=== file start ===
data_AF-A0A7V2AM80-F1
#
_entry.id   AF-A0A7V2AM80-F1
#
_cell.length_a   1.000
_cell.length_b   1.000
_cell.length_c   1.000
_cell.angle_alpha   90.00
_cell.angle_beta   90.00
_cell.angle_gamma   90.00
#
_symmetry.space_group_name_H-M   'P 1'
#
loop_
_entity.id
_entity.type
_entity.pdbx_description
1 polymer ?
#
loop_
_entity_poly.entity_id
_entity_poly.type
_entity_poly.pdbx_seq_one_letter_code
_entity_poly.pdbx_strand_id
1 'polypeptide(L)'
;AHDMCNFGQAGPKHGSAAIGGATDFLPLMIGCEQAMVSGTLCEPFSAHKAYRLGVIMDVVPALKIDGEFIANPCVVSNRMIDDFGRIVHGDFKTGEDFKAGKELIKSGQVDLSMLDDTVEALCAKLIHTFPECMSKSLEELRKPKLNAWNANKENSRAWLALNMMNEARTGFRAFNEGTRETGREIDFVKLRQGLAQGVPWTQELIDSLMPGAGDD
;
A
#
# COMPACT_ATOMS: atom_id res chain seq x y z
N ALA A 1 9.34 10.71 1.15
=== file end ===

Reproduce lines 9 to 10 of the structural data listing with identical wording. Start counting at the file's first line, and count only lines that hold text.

_cell.angle_beta   90.00
_cell.angle_gamma   90.00